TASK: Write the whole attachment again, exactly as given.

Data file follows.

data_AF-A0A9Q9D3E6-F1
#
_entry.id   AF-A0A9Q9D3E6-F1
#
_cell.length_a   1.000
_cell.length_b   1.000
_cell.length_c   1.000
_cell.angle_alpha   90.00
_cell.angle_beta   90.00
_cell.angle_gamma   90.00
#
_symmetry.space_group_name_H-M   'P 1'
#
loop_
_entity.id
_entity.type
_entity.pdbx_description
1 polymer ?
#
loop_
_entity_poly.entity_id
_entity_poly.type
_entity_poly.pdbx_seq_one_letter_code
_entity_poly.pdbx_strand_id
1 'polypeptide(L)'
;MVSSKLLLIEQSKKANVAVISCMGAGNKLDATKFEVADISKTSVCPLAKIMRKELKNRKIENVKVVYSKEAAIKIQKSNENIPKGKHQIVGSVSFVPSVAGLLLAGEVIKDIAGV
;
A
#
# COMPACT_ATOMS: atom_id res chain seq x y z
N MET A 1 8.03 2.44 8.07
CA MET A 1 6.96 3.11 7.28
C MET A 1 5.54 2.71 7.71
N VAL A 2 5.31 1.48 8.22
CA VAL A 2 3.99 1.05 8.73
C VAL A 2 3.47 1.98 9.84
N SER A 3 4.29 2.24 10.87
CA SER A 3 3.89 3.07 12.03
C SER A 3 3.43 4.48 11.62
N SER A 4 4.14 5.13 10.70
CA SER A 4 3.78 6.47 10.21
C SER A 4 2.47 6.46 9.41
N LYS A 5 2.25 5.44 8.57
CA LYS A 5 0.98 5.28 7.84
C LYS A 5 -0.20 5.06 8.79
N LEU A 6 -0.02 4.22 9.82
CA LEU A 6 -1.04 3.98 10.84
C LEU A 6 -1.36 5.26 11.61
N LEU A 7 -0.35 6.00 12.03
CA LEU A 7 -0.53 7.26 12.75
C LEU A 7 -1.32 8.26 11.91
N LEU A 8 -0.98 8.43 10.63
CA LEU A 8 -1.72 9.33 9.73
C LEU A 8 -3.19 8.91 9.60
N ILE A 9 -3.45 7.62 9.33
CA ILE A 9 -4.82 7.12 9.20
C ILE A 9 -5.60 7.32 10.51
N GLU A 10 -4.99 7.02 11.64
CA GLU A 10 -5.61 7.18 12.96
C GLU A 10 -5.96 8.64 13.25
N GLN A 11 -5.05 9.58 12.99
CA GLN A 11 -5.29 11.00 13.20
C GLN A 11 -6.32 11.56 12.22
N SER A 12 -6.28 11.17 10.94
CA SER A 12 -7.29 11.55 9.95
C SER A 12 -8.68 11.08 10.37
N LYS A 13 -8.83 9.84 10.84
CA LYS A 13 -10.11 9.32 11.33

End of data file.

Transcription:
data_AF-A0A9Q9D3E6-F1
#
_entry.id   AF-A0A9Q9D3E6-F1
#
_cell.length_a   1.000
_cell.length_b   1.000
_cell.length_c   1.000
_cell.angle_alpha   90.00
_cell.angle_beta   90.00
_cell.angle_gamma   90.00
#
_symmetry.space_group_name_H-M   'P 1'
#
loop_
_entity.id
_entity.type
_entity.pdbx_description
1 polymer ?
#
loop_
_entity_poly.entity_id
_entity_poly.type
_entity_poly.pdbx_seq_one_letter_code
_entity_poly.pdbx_strand_id
1 'polypeptide(L)'
;MVSSKLLLIEQSKKANVAVISCMGAGNKLDATKFEVADISKTSVCPLAKIMRKELKNRKIENVKVVYSKEAAIKIQKSNENIPKGKHQIVGSVSFVPSVAGLLLAGEVIKDIAGV
;
A
#
# COMPACT_ATOMS: atom_id res chain seq x y z
N MET A 1 8.03 2.44 8.07
CA MET A 1 6.96 3.11 7.28
C MET A 1 5.54 2.71 7.71
N VAL A 2 5.31 1.48 8.22
CA VAL A 2 3.99 1.05 8.73
C VAL A 2 3.47 1.98 9.84
N SER A 3 4.29 2.24 10.87
CA SER A 3 3.89 3.07 12.03
C SER A 3 3.43 4.48 11.62
N SER A 4 4.14 5.13 10.70
CA SER A 4 3.78 6.47 10.21
C SER A 4 2.47 6.46 9.41
N LYS A 5 2.25 5.44 8.57
CA LYS A 5 0.98 5.28 7.84
C LYS A 5 -0.20 5.06 8.79
N LEU A 6 -0.02 4.22 9.82
CA LEU A 6 -1.04 3.98 10.84
C LEU A 6 -1.36 5.26 11.61
N LEU A 7 -0.35 6.00 12.03
CA LEU A 7 -0.53 7.26 12.75
C LEU A 7 -1.32 8.26 11.91
N LEU A 8 -0.98 8.43 10.63
CA LEU A 8 -1.72 9.33 9.73
C LEU A 8 -3.19 8.91 9.60
N ILE A 9 -3.45 7.62 9.33
CA ILE A 9 -4.82 7.12 9.20
C ILE A 9 -5.60 7.32 10.51
N GLU A 10 -4.99 7.02 11.64
CA GLU A 10 -5.61 7.18 12.96
C GLU A 10 -5.96 8.64 13.25
N GLN A 11 -5.05 9.58 12.99
CA GLN A 11 -5.29 11.00 13.20
C GLN A 11 -6.32 11.56 12.22
N SER A 12 -6.28 11.17 10.94
CA SER A 12 -7.29 11.55 9.95
C SER A 12 -8.68 11.08 10.37
N LYS A 13 -8.83 9.84 10.84
CA LYS A 13 -10.11 9.32 11.33